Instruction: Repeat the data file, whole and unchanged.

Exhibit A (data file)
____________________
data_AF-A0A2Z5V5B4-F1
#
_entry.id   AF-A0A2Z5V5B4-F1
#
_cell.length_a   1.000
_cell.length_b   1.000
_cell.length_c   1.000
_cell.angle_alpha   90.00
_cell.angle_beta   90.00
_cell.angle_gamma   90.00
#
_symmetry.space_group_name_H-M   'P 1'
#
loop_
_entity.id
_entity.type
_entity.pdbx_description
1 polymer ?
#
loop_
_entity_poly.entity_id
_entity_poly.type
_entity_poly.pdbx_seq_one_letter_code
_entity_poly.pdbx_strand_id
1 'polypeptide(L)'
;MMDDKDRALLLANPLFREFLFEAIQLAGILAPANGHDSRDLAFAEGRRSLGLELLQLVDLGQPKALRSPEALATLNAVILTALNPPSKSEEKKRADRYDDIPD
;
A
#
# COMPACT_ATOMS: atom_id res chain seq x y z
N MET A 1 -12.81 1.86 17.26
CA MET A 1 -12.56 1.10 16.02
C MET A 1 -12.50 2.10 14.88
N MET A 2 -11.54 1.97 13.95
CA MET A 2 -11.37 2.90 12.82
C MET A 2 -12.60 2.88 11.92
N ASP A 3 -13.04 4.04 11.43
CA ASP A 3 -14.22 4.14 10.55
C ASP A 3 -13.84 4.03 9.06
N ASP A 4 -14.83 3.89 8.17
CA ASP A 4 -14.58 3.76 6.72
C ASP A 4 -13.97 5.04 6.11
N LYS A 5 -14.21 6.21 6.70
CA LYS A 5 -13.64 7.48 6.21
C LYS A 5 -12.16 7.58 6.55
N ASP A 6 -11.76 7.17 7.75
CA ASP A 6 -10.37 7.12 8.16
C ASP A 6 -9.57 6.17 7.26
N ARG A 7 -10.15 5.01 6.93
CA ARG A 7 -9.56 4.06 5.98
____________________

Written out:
data_AF-A0A2Z5V5B4-F1
#
_entry.id   AF-A0A2Z5V5B4-F1
#
_cell.length_a   1.000
_cell.length_b   1.000
_cell.length_c   1.000
_cell.angle_alpha   90.00
_cell.angle_beta   90.00
_cell.angle_gamma   90.00
#
_symmetry.space_group_name_H-M   'P 1'
#
loop_
_entity.id
_entity.type
_entity.pdbx_description
1 polymer ?
#
loop_
_entity_poly.entity_id
_entity_poly.type
_entity_poly.pdbx_seq_one_letter_code
_entity_poly.pdbx_strand_id
1 'polypeptide(L)'
;MMDDKDRALLLANPLFREFLFEAIQLAGILAPANGHDSRDLAFAEGRRSLGLELLQLVDLGQPKALRSPEALATLNAVILTALNPPSKSEEKKRADRYDDIPD
;
A
#
# COMPACT_ATOMS: atom_id res chain seq x y z
N MET A 1 -12.81 1.86 17.26
CA MET A 1 -12.56 1.10 16.02
C MET A 1 -12.50 2.10 14.88
N MET A 2 -11.54 1.97 13.95
CA MET A 2 -11.37 2.90 12.82
C MET A 2 -12.60 2.88 11.92
N ASP A 3 -13.04 4.04 11.43
CA ASP A 3 -14.22 4.14 10.55
C ASP A 3 -13.84 4.03 9.06
N ASP A 4 -14.83 3.89 8.17
CA ASP A 4 -14.58 3.76 6.72
C ASP A 4 -13.97 5.04 6.11
N LYS A 5 -14.21 6.21 6.70
CA LYS A 5 -13.64 7.48 6.21
C LYS A 5 -12.16 7.58 6.55
N ASP A 6 -11.76 7.17 7.75
CA ASP A 6 -10.37 7.12 8.16
C ASP A 6 -9.57 6.17 7.26
N ARG A 7 -10.15 5.01 6.93
CA ARG A 7 -9.56 4.06 5.98